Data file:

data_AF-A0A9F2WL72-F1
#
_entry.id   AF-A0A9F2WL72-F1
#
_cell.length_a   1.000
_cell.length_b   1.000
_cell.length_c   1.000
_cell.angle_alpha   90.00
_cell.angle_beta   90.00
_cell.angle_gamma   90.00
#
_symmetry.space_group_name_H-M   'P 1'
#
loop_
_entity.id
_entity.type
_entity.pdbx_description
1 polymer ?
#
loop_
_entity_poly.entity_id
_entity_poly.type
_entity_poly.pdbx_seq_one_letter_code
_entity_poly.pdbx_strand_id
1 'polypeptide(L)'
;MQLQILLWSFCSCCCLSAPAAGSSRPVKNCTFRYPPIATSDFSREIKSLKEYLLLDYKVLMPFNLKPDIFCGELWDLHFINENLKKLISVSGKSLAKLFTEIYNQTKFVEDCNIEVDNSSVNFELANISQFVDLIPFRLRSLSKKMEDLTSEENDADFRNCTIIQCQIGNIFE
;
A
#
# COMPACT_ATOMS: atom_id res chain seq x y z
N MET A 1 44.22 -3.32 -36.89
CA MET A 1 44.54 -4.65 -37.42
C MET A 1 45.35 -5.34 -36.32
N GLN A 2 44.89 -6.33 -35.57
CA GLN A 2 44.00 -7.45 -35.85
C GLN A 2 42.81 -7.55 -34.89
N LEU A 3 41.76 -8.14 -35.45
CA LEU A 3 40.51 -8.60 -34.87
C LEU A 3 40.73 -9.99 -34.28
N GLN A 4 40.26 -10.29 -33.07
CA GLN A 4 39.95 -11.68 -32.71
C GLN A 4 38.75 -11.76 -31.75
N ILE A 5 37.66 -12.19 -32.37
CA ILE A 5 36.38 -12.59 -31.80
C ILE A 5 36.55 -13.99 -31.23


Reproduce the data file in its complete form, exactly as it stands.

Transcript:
data_AF-A0A9F2WL72-F1
#
_entry.id   AF-A0A9F2WL72-F1
#
_cell.length_a   1.000
_cell.length_b   1.000
_cell.length_c   1.000
_cell.angle_alpha   90.00
_cell.angle_beta   90.00
_cell.angle_gamma   90.00
#
_symmetry.space_group_name_H-M   'P 1'
#
loop_
_entity.id
_entity.type
_entity.pdbx_description
1 polymer ?
#
loop_
_entity_poly.entity_id
_entity_poly.type
_entity_poly.pdbx_seq_one_letter_code
_entity_poly.pdbx_strand_id
1 'polypeptide(L)'
;MQLQILLWSFCSCCCLSAPAAGSSRPVKNCTFRYPPIATSDFSREIKSLKEYLLLDYKVLMPFNLKPDIFCGELWDLHFINENLKKLISVSGKSLAKLFTEIYNQTKFVEDCNIEVDNSSVNFELANISQFVDLIPFRLRSLSKKMEDLTSEENDADFRNCTIIQCQIGNIFE
;
A
#
# COMPACT_ATOMS: atom_id res chain seq x y z
N MET A 1 44.22 -3.32 -36.89
CA MET A 1 44.54 -4.65 -37.42
C MET A 1 45.35 -5.34 -36.32
N GLN A 2 44.89 -6.33 -35.57
CA GLN A 2 44.00 -7.45 -35.85
C GLN A 2 42.81 -7.55 -34.89
N LEU A 3 41.76 -8.14 -35.45
CA LEU A 3 40.51 -8.60 -34.87
C LEU A 3 40.73 -9.99 -34.28
N GLN A 4 40.26 -10.29 -33.07
CA GLN A 4 39.95 -11.68 -32.71
C GLN A 4 38.75 -11.76 -31.75
N ILE A 5 37.66 -12.19 -32.37
CA ILE A 5 36.38 -12.59 -31.80
C ILE A 5 36.55 -13.99 -31.23